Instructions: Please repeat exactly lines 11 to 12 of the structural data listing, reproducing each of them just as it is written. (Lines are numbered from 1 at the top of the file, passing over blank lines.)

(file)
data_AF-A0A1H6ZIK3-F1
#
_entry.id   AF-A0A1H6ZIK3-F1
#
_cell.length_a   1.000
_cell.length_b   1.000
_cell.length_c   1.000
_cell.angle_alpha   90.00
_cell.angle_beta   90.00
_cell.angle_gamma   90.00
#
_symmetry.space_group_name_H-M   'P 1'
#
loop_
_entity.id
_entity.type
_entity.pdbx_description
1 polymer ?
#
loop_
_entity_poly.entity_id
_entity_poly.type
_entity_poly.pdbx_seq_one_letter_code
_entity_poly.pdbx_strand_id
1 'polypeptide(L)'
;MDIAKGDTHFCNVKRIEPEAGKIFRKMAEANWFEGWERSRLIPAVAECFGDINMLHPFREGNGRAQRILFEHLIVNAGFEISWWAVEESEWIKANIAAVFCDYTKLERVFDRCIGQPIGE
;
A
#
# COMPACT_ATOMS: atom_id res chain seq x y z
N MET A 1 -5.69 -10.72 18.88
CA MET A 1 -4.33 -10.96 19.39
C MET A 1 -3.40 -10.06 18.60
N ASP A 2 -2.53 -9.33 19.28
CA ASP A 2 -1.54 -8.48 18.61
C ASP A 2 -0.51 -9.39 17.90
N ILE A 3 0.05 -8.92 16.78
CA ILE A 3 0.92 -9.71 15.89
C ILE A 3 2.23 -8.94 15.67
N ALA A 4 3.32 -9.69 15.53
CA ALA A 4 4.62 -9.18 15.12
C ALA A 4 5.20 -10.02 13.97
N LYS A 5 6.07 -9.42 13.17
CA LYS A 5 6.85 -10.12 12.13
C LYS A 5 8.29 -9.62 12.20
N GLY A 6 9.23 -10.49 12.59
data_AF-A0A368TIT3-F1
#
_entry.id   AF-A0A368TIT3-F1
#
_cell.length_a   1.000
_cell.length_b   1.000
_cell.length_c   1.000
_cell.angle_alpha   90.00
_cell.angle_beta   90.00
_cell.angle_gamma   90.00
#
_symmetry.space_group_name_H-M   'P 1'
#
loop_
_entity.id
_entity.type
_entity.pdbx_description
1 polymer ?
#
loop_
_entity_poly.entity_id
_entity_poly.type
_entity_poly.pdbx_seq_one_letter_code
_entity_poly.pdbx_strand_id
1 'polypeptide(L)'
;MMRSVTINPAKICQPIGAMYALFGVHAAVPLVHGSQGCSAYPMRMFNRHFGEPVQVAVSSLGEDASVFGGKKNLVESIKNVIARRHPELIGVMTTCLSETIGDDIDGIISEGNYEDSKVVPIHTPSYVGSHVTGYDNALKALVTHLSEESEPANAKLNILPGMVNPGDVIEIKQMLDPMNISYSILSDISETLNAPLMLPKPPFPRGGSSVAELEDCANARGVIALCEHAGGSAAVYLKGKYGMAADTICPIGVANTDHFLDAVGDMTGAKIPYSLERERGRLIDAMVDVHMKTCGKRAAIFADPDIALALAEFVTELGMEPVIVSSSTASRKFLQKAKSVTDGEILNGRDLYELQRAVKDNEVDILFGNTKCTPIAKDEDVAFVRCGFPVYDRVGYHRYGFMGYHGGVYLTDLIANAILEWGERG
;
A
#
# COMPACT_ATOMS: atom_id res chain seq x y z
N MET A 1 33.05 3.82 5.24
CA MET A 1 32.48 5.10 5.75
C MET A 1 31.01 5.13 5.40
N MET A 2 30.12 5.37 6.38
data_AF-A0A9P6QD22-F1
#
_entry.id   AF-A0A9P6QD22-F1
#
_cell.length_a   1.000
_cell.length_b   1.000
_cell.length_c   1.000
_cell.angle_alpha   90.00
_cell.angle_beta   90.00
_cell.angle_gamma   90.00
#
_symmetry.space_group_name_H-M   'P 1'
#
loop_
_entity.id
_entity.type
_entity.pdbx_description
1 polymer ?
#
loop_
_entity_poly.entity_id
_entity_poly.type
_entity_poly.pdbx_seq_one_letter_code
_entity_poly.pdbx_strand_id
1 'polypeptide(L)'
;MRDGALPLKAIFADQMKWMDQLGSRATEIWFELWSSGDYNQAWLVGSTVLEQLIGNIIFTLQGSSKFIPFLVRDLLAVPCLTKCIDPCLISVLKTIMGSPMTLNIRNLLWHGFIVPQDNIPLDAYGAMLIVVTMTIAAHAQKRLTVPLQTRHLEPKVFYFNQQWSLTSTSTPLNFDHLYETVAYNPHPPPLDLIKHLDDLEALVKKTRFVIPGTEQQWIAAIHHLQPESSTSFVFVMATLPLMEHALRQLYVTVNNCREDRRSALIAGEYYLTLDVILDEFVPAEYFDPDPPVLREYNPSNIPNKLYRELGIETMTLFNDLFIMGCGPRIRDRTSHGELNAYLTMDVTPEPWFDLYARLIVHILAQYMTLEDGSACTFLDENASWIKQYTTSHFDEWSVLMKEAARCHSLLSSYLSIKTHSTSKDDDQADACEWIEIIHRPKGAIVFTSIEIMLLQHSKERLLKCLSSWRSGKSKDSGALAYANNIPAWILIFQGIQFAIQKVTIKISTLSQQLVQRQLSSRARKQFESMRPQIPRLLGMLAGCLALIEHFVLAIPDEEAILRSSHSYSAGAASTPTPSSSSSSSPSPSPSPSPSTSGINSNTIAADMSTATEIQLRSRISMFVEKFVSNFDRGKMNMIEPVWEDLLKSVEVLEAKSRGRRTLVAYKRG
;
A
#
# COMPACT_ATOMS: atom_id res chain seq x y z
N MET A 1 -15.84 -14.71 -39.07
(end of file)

#
_symmetry.space_group_name_H-M   'P 1'